There are a lot more lists out there, but this should be a good start. I'll try to share more as they come up—especially a fiction section, since most of these involved nonfiction and self-help books mostly. Have a great weekend and happy book hunting!

Monday, January 10, 2011

Ex-con risks freedom to find out if his policeman son was a good cop or bad cop

By Tiffany Young
"The Two Minute Rule" by Robert Crais was a very fun read.
It begins with a bank robbery in which the robbers are shot after trying to have a shootout with the police officers there to arrest them.
Then you meet Holman, a convicted bank robber about to be released from jail. But right before his release he is told his son, a police officer had been shot the night before.
Holman questions police about what happened, but not getting answers that add up leaves Holman to search for answers himself. He makes contact with the only people he knows—his old friend, Chee, another ex-convict—and FBI Agent Pollard—the one who helped lock him away in the first place.
Holman, the "Hero" bandit, is trying his best to stay clean, but as he digs deeper into this mystery of his sons murder, he finds himself slipping into old patterns in order to stay a free man and has several run-ins with the police who were doing the investigation on his son's murder although they say the case is closed.
Pollard helps Holman against her first instincts, because, after all, Holman was named the Hero bandit because he was caught robbing the bank because he couldn't let himself leave the bank with a guy having a heart attack and went back to save him by performing CPR.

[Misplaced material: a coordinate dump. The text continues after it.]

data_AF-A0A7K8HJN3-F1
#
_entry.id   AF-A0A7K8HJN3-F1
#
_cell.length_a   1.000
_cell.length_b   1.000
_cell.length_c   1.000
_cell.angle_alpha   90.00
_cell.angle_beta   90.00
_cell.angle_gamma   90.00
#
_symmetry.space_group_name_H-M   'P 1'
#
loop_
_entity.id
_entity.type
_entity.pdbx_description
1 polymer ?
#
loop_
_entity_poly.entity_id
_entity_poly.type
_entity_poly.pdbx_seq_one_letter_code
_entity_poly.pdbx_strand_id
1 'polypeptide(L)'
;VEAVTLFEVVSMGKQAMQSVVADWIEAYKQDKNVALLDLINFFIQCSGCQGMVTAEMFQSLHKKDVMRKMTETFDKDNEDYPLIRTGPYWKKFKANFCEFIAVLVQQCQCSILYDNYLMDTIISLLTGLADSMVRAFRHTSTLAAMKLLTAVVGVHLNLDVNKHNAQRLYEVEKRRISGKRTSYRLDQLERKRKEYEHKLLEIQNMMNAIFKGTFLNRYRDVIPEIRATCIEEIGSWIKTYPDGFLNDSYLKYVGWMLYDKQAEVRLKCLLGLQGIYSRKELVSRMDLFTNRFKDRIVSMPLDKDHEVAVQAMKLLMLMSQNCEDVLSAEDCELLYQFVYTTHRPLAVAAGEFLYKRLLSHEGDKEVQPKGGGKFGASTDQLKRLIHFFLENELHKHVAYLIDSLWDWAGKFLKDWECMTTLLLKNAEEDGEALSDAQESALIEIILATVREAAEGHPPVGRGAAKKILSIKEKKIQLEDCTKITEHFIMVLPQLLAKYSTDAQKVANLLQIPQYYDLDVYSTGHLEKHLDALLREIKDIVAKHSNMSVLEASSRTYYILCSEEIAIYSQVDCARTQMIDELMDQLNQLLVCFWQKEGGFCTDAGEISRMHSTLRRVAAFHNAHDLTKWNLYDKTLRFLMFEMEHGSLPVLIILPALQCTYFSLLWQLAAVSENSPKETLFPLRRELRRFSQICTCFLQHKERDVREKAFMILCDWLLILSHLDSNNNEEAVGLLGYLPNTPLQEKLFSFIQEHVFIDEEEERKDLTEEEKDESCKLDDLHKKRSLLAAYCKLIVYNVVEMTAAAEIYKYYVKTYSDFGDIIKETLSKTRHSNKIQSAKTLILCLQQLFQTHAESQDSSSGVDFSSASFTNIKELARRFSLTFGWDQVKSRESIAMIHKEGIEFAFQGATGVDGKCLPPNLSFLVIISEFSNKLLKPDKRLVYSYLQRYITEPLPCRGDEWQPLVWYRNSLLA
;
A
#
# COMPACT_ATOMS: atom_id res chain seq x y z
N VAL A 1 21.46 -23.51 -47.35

As Pollard gets to know Holman, she comes to see more of this side of him, though he sometimes slips back into his old habits and has a terrible time keeping his temper under control.
Will they be able to find out what happened to Holman's son before their time runs out and the dirty cops they believe had something to do with the murders find them? Will Holman be able to stay out of trouble an remain a free man or will his grief and need to find out what happened to his son—and whether he was a good cop or followed in his father's footsteps—put him back in the slammer?

Saturday, January 8, 2011

Collector inadvertently helps another find his past

"Everything is Illuminated," a film that came out in 2005 with Elijah Wood, is a wonderful movie that tells a story of one collector who is moved to find out where a photograph came from and to thank a woman for saving his grandfather's life.
Jonathon (Wood) is the collector and travels to the Ukraine to find a small village that more or less vanished during the Holocaust. His tour guides, Eugene and Eugene's grandfather, end up being related to this village as well, though you're not sure how until the end of the film. Though Eugene does not know it, his grandfather is from the village and pretended to be dead and ignored his Jewish heritage so he could survive. All throughout the film it seems that perhaps the grandfather was one of the soldiers who killed the Jews. He ends up taking his life in the end, once they have left the village and he tells the women the collector is looking for that the war is indeed over. She has been living in a house near the no longer existing village surrounded by sunflowers and collecting items from the village and cataloguing them since the war.
Though Jonathan and his guides start off on a rocky start, they end up respecting one another and having a weird understanding of one another.
I highly recommend the independent film.